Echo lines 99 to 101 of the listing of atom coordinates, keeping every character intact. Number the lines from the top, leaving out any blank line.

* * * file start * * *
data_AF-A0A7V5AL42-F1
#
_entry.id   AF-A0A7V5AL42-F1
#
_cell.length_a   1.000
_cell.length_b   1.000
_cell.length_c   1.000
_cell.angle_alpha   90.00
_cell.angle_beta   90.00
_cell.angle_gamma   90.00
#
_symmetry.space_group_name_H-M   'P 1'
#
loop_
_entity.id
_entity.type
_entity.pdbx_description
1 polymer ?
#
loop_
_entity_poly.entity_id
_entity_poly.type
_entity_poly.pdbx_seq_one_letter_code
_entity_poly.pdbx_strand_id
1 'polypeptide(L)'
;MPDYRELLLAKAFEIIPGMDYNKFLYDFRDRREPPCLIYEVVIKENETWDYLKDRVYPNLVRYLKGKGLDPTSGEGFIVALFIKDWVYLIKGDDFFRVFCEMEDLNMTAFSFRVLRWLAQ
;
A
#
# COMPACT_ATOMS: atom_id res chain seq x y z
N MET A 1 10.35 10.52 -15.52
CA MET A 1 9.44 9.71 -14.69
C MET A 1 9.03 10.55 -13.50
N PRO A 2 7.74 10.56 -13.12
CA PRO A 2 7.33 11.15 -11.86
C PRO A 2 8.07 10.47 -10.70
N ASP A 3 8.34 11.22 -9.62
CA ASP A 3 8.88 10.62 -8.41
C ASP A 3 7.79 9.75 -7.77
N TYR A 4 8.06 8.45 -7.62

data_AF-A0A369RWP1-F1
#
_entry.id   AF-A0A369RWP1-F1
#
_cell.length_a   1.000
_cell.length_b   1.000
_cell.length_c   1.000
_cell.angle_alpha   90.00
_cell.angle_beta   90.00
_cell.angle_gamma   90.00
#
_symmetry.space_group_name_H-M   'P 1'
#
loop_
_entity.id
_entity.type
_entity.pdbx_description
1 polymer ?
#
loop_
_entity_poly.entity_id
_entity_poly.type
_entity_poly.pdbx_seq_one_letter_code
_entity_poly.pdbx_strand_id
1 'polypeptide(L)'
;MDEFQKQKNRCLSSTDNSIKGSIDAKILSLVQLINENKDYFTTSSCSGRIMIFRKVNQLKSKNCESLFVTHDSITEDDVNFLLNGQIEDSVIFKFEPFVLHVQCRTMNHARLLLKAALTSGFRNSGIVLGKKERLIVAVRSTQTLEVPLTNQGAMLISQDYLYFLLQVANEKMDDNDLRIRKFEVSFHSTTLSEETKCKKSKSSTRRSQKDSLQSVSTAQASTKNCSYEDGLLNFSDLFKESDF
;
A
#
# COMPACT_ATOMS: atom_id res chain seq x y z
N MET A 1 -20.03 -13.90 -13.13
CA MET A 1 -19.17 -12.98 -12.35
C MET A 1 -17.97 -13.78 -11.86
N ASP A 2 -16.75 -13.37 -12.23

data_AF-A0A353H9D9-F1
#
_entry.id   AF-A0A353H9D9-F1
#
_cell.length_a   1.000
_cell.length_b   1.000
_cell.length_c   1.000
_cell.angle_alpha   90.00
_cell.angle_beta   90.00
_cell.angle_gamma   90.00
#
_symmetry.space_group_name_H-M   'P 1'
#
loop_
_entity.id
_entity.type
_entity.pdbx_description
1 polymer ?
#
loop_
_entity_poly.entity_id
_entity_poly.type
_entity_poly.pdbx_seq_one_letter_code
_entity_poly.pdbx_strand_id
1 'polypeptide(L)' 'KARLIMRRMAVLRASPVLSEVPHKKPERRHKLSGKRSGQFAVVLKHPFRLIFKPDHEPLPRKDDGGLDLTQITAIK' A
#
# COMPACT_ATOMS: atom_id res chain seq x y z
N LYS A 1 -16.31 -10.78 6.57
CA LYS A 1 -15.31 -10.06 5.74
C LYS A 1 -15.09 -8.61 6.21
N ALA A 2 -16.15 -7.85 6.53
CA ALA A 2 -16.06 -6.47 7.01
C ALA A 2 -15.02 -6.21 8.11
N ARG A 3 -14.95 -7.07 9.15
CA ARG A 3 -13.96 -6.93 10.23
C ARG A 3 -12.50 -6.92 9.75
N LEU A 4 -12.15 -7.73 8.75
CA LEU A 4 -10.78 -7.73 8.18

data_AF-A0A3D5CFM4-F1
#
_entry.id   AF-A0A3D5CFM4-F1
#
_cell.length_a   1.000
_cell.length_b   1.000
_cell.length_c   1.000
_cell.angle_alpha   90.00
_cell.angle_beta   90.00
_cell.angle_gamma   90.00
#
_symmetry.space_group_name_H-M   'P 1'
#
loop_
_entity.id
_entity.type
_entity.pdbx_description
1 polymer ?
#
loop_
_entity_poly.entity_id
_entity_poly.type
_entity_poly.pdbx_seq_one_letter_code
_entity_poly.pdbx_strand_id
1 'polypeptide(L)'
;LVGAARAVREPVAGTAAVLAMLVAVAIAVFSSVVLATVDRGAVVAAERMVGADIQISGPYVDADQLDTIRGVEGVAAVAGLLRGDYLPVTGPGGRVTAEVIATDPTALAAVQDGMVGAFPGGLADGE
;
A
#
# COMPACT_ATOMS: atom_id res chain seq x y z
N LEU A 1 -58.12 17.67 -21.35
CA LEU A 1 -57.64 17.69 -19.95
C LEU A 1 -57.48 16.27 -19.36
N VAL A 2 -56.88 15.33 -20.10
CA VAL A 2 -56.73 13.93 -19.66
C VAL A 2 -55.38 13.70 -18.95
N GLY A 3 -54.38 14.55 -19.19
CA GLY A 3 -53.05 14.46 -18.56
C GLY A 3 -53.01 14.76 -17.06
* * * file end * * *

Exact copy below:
1 'polypeptide(L)' 'KARLIMRRMAVLRASPVLSEVPHKKPERRHKLSGKRSGQFAVVLKHPFRLIFKPDHEPLPRKDDGGLDLTQITAIK' A
#
# COMPACT_ATOMS: atom_id res chain seq x y z